4 The partnership reported the $14,094,231 of COD income on its 1992 tax return because that is when the period of limitations for collecting on the note expired. Additionally, in 1992, the period of limitations for collecting on the guaranty also expired.
On petitioners' 1992 joint Federal income tax return, petitioners excluded $5,750,737 of the $6,166,647 of COD income from their joint gross income due to insolvency pursuant to section 108(a)(1)(B) (the insolvency exception) and reported $415,910 of the $6,166,647 of COD income. Petitioners did not reduce a $487,730 NOL carryover from 1992 to 1993 (Susan's NOL) by the $5,750,737 of excluded COD income. 5
5 Petitioners, in an attachment to their 1992 Form 1040, explained the generation of Susan's NOL as follows:
Respondent contends that petitioners must reduce Susan's NOL to zero because they excluded COD income pursuant to section 108. 6 Petitioners first argue that James' release from his guaranty generated the COD income and that Susan had no COD income because she was not liable under the guaranty.
6 Sec. 108, in pertinent part, provides:
(a) Exclusion From Gross Income. ≈
(1) In General. ≈ Gross income does not include any amount which (but for this subsection) would be includible in gross income by reason of the discharge (in whole or in part) of indebtedness of the taxpayer if ≈
* * * * *
(B) the discharge occurs when the taxpayer is insolvent,
* * * * *
(b) Reduction of Tax Attributes. ≈
(1) In General. ≈ The amount excluded from gross income under subparagraph (A), (B), or (C) of subsection (a)(1) shall be applied to reduce the tax attributes of the taxpayer as provided in paragraph (2).
(2) Tax Attributes Affected; Order of Reduction. ≈ Except as provided in paragraph (5), the reduction referred to in paragraph (1) shall be made in the following tax attributes in the following order:
(A) NOL. ≈ Any net operating loss for the taxable year of the discharge, and any net operating loss carryover to such taxable year.
Petitioners' argument is contrary to the facts. On the partnership's 1992 tax return, the partnership reported $14,094,231 in COD income from the discharge of the partnership's principal and accrued interest indebtedness to the bank. The partnership treated the COD income as an item of partnership income and allocated the COD income separately to James pursuant to the "special allocation" provisions of the partnership agreement. On the 1992 Form K-1 that the partnership issued to James, the partnership allocated $6,166,647 of COD income to James. Thus, the facts are that the COD income was not generated from James' release from his guaranty, but rather the COD income was generated by the discharge of the partnership's indebtedness, and the partnership made a special allocation of that income to James (i.e., it passed through the partnership interest). 7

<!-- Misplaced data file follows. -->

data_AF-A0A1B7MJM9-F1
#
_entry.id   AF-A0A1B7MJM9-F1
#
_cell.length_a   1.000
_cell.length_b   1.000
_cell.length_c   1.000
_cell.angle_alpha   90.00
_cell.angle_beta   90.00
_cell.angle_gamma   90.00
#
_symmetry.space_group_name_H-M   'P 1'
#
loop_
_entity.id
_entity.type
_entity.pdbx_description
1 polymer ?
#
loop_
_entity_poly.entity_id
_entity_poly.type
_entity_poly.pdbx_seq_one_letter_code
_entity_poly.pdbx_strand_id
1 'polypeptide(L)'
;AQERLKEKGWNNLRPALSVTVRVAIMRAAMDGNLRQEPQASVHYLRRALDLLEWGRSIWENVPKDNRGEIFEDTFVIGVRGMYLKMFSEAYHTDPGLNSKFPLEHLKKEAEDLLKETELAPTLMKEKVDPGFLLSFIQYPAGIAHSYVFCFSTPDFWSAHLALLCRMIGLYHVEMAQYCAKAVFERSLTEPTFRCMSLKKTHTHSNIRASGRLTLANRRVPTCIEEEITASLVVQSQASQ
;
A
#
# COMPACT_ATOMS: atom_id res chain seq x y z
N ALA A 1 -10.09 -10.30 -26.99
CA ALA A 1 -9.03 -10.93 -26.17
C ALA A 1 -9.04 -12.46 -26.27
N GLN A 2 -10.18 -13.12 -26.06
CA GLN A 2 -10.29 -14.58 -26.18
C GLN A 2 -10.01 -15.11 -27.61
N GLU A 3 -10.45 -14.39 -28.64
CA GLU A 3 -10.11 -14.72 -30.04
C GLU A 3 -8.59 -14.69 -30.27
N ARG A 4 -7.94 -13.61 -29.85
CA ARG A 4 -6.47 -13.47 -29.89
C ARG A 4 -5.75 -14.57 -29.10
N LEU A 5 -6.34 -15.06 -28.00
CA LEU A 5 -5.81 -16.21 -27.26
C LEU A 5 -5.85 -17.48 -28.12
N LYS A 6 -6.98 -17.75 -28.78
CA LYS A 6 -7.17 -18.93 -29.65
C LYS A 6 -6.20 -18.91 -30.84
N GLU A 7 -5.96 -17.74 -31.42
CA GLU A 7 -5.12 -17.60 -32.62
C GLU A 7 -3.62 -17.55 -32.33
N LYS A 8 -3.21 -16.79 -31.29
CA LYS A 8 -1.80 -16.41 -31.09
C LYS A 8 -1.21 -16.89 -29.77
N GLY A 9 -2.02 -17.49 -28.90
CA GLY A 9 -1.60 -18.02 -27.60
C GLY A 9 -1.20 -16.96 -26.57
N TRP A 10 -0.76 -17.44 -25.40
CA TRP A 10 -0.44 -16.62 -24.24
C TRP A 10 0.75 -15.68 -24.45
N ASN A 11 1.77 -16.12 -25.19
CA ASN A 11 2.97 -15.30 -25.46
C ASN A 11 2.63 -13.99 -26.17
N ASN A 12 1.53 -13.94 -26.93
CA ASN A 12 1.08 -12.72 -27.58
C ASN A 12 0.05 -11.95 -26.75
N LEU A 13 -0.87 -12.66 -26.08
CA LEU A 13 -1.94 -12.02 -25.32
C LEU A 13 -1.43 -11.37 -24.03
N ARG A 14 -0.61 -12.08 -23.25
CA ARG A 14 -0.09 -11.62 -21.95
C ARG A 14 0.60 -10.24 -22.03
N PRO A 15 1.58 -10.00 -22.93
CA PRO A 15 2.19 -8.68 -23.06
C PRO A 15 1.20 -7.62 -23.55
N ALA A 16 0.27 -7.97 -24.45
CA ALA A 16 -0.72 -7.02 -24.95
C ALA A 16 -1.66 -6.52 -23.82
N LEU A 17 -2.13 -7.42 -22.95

7 Furthermore, we note that a guarantor generally does not recognize income when he is relieved of his guaranty obligation. See Landreth v. Commissioner [Dec. 29,119], 50 T.C. 803, 812-813 (1968).
Petitioners next argue that COD income is not "income" to be divided between spouses under Texas community property law, that Susan did not recognize COD income (i.e., that COD income from the partnership did not pass through to Susan), and therefore petitioners were not required to reduce Susan's NOL.
Petitioners' contention that COD income is not income under Texas law is irrelevant.
In dealing with the meaning and application of an act of Congress enacted in the exercise of its plenary power under the Constitution to tax income and to grant exemptions from that tax, it is the will of Congress which controls, and the expression of its will, in the absence of language evidencing a different purpose, should be interpreted "so as to give a uniform application to a nation-wide scheme of taxation" * * * Congress establishes its own criteria and the state law may control only when the federal taxing act by express language or necessary implication makes its operation dependent upon state law. [ Lyeth v. Hoey [38-2 USTC ╤ 9602], 305 U.S. 188, 194 (1938) (quoting Burner v. Harmel [3 USTC ╤ 990], 287 U.S. 103, 110 (1932)).]